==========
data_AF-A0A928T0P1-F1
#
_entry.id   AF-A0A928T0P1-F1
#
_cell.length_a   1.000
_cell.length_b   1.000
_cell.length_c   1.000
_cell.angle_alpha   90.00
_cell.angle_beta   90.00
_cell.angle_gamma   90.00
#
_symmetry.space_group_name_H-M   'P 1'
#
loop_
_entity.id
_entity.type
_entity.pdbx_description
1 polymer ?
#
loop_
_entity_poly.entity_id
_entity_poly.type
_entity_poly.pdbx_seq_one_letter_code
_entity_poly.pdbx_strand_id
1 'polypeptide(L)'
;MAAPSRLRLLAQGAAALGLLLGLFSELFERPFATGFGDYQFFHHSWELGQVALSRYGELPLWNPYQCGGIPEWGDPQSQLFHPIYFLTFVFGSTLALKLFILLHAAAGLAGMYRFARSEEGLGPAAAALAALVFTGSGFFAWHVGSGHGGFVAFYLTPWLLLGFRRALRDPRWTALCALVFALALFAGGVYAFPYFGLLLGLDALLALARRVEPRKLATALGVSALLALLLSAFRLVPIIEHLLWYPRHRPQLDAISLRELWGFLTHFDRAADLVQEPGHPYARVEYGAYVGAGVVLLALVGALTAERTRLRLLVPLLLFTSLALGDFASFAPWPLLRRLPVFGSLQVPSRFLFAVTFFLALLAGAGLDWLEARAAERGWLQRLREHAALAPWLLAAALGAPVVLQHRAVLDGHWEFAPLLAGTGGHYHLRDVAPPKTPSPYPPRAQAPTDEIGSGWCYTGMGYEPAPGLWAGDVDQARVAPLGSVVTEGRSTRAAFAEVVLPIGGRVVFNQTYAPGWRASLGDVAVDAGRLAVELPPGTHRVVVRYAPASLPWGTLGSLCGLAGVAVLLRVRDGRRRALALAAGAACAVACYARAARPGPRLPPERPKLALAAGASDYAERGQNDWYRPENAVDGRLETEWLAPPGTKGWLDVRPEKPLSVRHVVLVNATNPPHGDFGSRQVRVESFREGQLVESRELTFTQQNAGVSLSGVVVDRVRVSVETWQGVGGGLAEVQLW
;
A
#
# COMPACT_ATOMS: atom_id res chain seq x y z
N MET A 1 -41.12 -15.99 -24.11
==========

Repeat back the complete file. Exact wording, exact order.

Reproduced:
data_AF-A0A928T0P1-F1
#
_entry.id   AF-A0A928T0P1-F1
#
_cell.length_a   1.000
_cell.length_b   1.000
_cell.length_c   1.000
_cell.angle_alpha   90.00
_cell.angle_beta   90.00
_cell.angle_gamma   90.00
#
_symmetry.space_group_name_H-M   'P 1'
#
loop_
_entity.id
_entity.type
_entity.pdbx_description
1 polymer ?
#
loop_
_entity_poly.entity_id
_entity_poly.type
_entity_poly.pdbx_seq_one_letter_code
_entity_poly.pdbx_strand_id
1 'polypeptide(L)'
;MAAPSRLRLLAQGAAALGLLLGLFSELFERPFATGFGDYQFFHHSWELGQVALSRYGELPLWNPYQCGGIPEWGDPQSQLFHPIYFLTFVFGSTLALKLFILLHAAAGLAGMYRFARSEEGLGPAAAALAALVFTGSGFFAWHVGSGHGGFVAFYLTPWLLLGFRRALRDPRWTALCALVFALALFAGGVYAFPYFGLLLGLDALLALARRVEPRKLATALGVSALLALLLSAFRLVPIIEHLLWYPRHRPQLDAISLRELWGFLTHFDRAADLVQEPGHPYARVEYGAYVGAGVVLLALVGALTAERTRLRLLVPLLLFTSLALGDFASFAPWPLLRRLPVFGSLQVPSRFLFAVTFFLALLAGAGLDWLEARAAERGWLQRLREHAALAPWLLAAALGAPVVLQHRAVLDGHWEFAPLLAGTGGHYHLRDVAPPKTPSPYPPRAQAPTDEIGSGWCYTGMGYEPAPGLWAGDVDQARVAPLGSVVTEGRSTRAAFAEVVLPIGGRVVFNQTYAPGWRASLGDVAVDAGRLAVELPPGTHRVVVRYAPASLPWGTLGSLCGLAGVAVLLRVRDGRRRALALAAGAACAVACYARAARPGPRLPPERPKLALAAGASDYAERGQNDWYRPENAVDGRLETEWLAPPGTKGWLDVRPEKPLSVRHVVLVNATNPPHGDFGSRQVRVESFREGQLVESRELTFTQQNAGVSLSGVVVDRVRVSVETWQGVGGGLAEVQLW
;
A
#
# COMPACT_ATOMS: atom_id res chain seq x y z
N MET A 1 -41.12 -15.99 -24.11